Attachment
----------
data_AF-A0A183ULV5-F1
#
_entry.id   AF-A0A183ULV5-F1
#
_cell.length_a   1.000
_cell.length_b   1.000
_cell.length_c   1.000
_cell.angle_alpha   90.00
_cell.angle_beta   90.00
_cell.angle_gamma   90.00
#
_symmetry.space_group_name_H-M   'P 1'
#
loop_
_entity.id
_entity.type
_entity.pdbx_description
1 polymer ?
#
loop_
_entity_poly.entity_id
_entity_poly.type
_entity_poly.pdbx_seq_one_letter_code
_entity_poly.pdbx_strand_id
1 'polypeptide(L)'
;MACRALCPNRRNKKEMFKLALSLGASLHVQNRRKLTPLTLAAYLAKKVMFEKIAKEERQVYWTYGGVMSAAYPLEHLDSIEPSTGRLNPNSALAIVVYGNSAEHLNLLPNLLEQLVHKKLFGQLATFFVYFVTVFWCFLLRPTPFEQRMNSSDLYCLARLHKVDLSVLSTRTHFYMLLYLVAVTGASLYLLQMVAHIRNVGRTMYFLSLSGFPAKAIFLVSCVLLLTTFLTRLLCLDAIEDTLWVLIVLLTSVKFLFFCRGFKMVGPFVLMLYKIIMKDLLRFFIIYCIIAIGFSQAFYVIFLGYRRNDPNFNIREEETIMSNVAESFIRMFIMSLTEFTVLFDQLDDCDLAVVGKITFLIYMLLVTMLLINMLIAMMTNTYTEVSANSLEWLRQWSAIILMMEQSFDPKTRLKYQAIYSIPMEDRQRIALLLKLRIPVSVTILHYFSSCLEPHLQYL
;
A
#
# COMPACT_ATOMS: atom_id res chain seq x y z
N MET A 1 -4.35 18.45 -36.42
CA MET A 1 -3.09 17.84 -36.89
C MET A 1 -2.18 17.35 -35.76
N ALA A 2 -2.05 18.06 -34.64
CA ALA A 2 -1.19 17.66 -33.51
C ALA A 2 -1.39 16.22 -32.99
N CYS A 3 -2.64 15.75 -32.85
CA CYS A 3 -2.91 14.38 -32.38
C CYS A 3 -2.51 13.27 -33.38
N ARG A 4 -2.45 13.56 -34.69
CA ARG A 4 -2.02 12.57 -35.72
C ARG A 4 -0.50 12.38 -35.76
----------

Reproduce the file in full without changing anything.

data_AF-A0A183ULV5-F1
#
_entry.id   AF-A0A183ULV5-F1
#
_cell.length_a   1.000
_cell.length_b   1.000
_cell.length_c   1.000
_cell.angle_alpha   90.00
_cell.angle_beta   90.00
_cell.angle_gamma   90.00
#
_symmetry.space_group_name_H-M   'P 1'
#
loop_
_entity.id
_entity.type
_entity.pdbx_description
1 polymer ?
#
loop_
_entity_poly.entity_id
_entity_poly.type
_entity_poly.pdbx_seq_one_letter_code
_entity_poly.pdbx_strand_id
1 'polypeptide(L)'
;MACRALCPNRRNKKEMFKLALSLGASLHVQNRRKLTPLTLAAYLAKKVMFEKIAKEERQVYWTYGGVMSAAYPLEHLDSIEPSTGRLNPNSALAIVVYGNSAEHLNLLPNLLEQLVHKKLFGQLATFFVYFVTVFWCFLLRPTPFEQRMNSSDLYCLARLHKVDLSVLSTRTHFYMLLYLVAVTGASLYLLQMVAHIRNVGRTMYFLSLSGFPAKAIFLVSCVLLLTTFLTRLLCLDAIEDTLWVLIVLLTSVKFLFFCRGFKMVGPFVLMLYKIIMKDLLRFFIIYCIIAIGFSQAFYVIFLGYRRNDPNFNIREEETIMSNVAESFIRMFIMSLTEFTVLFDQLDDCDLAVVGKITFLIYMLLVTMLLINMLIAMMTNTYTEVSANSLEWLRQWSAIILMMEQSFDPKTRLKYQAIYSIPMEDRQRIALLLKLRIPVSVTILHYFSSCLEPHLQYL
;
A
#
# COMPACT_ATOMS: atom_id res chain seq x y z
N MET A 1 -4.35 18.45 -36.42
CA MET A 1 -3.09 17.84 -36.89
C MET A 1 -2.18 17.35 -35.76
N ALA A 2 -2.05 18.06 -34.64
CA ALA A 2 -1.19 17.66 -33.51
C ALA A 2 -1.39 16.22 -32.99
N CYS A 3 -2.64 15.75 -32.85
CA CYS A 3 -2.91 14.38 -32.38
C CYS A 3 -2.51 13.27 -33.38
N ARG A 4 -2.45 13.56 -34.69
CA ARG A 4 -2.02 12.57 -35.72
C ARG A 4 -0.50 12.38 -35.76